Projects
See All My Projects
Admin

Draft synthesis


Help your readers understand the debate

Introduction

Goals

The goal of this technique is to create a written synthesis of the debate.

Why

In creating the synthesis tree, you created a map of the debate around an issue.  The written synthesis helps your readers survey the territory of an issue.

What

Using your synthesis tree, you will create an outline of a written synthesis that converts the elements of a tree into a linear order, then convert this outline to prose.

Background

Knowledge

In this technique, you have to convert your graphical synthesis tree into linear, written prose.  This means you will have to choose an ordering of points in the tree and help your readers move between them.

Ordering branches

In narrating your synthesis tree, you usually start at the top and work your way down.  But when you get to a split in the tree, you have to decide which branches to present first.  There are several ways you can order the branches:

  • chronological -- in this ordering, you describe early publications first and later publications after.  This can be a natural ordering because issues build up over time and change as new circumstances emerge.
  • idiosyncratic -- in this ordering, you present minority or tangential positions first (to get them out of the way) and then return to the more central controversies later. 
  • meritorious -- in this ordering, you discuss weaker positions first (to get them out of the way) and then return to stronger positions later.  You haven't formally analyzed the author's positions yet, but you probably have enough opinions at this point to decide which positions are stronger.

Transitions

After you've decide how to order your points, you'll have to add transitions to help your reader follow them.  Here are some common transitions that are often useful.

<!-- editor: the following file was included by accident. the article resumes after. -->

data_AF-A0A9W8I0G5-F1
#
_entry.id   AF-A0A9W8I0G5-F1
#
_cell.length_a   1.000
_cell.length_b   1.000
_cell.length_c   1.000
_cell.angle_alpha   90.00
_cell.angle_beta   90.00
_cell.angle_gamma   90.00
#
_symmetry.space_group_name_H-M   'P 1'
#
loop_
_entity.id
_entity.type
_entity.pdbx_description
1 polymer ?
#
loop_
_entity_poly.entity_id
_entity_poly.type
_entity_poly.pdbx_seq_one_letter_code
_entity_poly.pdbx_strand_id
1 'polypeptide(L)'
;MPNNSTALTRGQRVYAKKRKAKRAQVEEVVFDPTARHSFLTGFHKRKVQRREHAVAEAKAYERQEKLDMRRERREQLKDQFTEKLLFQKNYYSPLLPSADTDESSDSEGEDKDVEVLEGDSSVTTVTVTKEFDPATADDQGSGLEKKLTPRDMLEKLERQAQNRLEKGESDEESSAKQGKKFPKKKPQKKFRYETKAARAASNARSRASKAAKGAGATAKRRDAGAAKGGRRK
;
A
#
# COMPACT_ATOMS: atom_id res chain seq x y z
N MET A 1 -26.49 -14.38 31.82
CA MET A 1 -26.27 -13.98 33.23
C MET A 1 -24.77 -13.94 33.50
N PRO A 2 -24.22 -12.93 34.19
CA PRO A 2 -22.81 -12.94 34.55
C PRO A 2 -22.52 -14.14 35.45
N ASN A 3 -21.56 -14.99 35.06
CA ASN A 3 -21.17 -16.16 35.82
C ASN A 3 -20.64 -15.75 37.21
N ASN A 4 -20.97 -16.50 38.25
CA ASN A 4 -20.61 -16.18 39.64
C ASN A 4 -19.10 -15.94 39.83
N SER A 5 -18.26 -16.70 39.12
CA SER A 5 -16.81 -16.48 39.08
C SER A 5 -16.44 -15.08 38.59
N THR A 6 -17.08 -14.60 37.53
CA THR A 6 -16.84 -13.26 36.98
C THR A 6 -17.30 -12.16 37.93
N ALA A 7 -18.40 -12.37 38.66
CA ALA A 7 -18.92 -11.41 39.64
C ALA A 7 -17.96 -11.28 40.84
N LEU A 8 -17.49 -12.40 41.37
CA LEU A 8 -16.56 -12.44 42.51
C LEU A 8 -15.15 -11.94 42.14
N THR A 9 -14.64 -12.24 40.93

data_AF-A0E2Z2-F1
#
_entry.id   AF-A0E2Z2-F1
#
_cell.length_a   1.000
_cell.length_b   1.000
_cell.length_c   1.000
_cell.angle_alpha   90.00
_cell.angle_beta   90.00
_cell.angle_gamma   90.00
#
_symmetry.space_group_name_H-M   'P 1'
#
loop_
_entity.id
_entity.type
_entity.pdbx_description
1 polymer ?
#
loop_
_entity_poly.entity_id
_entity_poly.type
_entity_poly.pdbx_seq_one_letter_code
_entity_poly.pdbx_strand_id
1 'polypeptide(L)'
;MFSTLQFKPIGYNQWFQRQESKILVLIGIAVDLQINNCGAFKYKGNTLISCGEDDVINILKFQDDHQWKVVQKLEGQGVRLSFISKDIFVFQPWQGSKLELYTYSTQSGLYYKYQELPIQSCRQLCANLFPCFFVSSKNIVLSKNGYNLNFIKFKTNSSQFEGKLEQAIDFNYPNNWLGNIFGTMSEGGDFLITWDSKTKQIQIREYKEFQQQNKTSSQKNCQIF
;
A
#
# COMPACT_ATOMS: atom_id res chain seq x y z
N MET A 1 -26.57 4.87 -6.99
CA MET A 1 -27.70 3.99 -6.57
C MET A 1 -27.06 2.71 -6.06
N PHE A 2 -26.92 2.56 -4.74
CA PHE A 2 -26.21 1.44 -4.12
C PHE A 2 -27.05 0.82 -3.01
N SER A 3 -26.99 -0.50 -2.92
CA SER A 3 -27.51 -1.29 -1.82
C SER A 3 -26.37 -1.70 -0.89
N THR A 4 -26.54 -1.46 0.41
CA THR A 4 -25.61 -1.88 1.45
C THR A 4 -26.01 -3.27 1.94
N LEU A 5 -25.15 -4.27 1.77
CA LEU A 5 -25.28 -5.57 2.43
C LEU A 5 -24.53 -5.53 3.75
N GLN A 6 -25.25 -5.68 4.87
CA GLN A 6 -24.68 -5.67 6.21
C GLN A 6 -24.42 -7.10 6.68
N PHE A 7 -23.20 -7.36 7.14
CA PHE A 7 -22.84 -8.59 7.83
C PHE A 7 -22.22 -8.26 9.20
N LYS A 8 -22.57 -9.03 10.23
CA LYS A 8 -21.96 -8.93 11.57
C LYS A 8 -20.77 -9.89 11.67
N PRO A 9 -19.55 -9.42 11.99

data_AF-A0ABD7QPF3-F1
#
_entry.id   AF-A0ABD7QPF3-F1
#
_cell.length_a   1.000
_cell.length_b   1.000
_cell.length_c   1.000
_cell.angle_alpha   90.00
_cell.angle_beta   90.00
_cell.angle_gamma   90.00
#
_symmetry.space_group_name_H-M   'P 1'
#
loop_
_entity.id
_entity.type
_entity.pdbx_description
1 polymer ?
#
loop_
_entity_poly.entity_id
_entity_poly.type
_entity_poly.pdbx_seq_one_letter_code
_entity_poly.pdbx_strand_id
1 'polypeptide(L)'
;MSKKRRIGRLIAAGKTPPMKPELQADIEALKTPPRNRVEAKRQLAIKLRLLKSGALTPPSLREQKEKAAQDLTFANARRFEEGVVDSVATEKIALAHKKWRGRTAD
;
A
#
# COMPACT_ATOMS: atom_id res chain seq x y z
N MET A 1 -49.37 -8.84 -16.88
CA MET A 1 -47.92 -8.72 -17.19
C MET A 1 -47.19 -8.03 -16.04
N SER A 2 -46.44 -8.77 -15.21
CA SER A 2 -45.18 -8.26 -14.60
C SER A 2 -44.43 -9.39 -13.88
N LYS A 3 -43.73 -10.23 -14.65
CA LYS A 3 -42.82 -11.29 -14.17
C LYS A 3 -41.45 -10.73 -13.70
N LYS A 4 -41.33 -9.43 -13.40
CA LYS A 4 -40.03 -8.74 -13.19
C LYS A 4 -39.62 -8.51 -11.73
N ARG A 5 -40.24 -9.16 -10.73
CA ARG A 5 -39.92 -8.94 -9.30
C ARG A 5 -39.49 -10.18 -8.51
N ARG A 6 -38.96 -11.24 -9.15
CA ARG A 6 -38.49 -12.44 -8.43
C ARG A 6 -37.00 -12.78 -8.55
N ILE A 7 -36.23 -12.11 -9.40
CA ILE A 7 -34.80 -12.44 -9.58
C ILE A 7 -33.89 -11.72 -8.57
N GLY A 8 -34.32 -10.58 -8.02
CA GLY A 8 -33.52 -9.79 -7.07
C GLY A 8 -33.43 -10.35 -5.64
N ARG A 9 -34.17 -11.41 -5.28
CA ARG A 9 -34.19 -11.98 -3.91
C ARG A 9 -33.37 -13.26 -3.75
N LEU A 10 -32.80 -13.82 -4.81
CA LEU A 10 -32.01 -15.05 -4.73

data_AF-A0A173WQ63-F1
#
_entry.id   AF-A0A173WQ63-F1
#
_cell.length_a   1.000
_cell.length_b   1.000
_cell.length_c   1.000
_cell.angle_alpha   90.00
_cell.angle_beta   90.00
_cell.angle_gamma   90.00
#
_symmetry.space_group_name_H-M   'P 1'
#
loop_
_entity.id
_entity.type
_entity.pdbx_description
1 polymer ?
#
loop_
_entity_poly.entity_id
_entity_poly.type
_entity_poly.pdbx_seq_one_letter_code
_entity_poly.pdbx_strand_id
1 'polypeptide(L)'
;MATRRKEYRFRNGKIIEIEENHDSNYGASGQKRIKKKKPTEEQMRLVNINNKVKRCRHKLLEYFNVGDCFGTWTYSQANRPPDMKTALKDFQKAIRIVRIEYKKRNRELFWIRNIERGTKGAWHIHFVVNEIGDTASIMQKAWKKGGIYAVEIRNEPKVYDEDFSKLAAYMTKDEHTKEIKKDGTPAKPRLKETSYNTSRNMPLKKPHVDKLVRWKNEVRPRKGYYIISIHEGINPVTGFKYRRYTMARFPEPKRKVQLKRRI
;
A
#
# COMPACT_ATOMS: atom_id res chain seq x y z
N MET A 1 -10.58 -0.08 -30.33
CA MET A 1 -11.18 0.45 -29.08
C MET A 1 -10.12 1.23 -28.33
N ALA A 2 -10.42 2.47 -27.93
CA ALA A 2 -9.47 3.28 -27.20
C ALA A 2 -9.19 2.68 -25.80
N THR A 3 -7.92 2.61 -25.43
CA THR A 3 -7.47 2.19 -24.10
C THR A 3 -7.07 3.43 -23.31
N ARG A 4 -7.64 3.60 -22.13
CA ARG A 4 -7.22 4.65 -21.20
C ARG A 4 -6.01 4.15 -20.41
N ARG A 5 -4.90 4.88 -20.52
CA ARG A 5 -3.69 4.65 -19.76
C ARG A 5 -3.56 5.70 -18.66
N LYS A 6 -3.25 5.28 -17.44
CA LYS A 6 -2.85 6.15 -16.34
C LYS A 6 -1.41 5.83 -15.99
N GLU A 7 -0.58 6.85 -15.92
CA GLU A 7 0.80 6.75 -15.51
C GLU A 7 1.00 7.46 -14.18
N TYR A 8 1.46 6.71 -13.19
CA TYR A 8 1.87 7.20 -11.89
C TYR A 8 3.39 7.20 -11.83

To distinguish majority from minority positions:

  • Almost all authors believe that ... Yet X thinks...
  • Most authors agree that ... One notable exception is Y, who argues that...

To distinguish major camps:

  • Even those who agree that ... disagree that ...
  • Basically, most X think ... while most Y think ...

To add minor disagreements:

  • On X, two positions seem possible.  First ... Second ....

In addition, you can also use the common transitions you looked for when reading and marking the authors' texts:

  • contrast: on the other hand, but, even though, yet, despite, though, nevertheless, however, counter to, in contrast
  • addition: also, in addition, and, as well, furthermore
  • example: for instance, for example, illustrated by, one of
  • equivalence: in other words, the same, once again
  • emphasis or unexpectedness: even, still
  • cause or result: thus, then, hence, because, as a result
  • comparative quality or quantity: most, least
  • part-whole: in part, largely, mainly
  • time order: then, now, after, along with, at the same time as
  • dependency: only after, since
  • reason: naturally, at bottom, because
  • representativeness: most notably, tellingly, indicative
  • truth content: it may seem, it may appear, actually, really, ultimately
  • replacement: instead, rather than, not simply

 (Kaufer, Geisler, & Neuwirth 1989, p. 33).

How

Steps

1. Outline the body

Start at the top of the synthesis tree and work down.  At each branch, decide whether to order the points by:

  • chronological
  • idiosyncratic
  • meritorious

2. Draft the introduction

Draft the introduction by either:

  • providing a history of the controversy surrounding the issue
  • describe one or more problem cases associated with the issue

3. Draft the body

Using the body outline you created earlier, characterize each author's position by:

  • locating author with respect to the immediately preceding central quesiton and alternative responses
  • explaining the reasoning behind the author's overall position
  • explaining any conclusions the author draws as a result of this reasoning

4. Draft the conclusion

Conclude with a general reflection about the controversy by telling your readers where the community is and what remains to be done.  Consider:

  • How do you see the issue now?
  • Is there any general agreement in the community?
  • Is the issue still stuck at the same place it was 10 years ago?
  • What seem to be major unresolved points?

5. Revise for your readers

Make the synthesis easier for readers to follow by:

  • adding transitions
  • defining terminology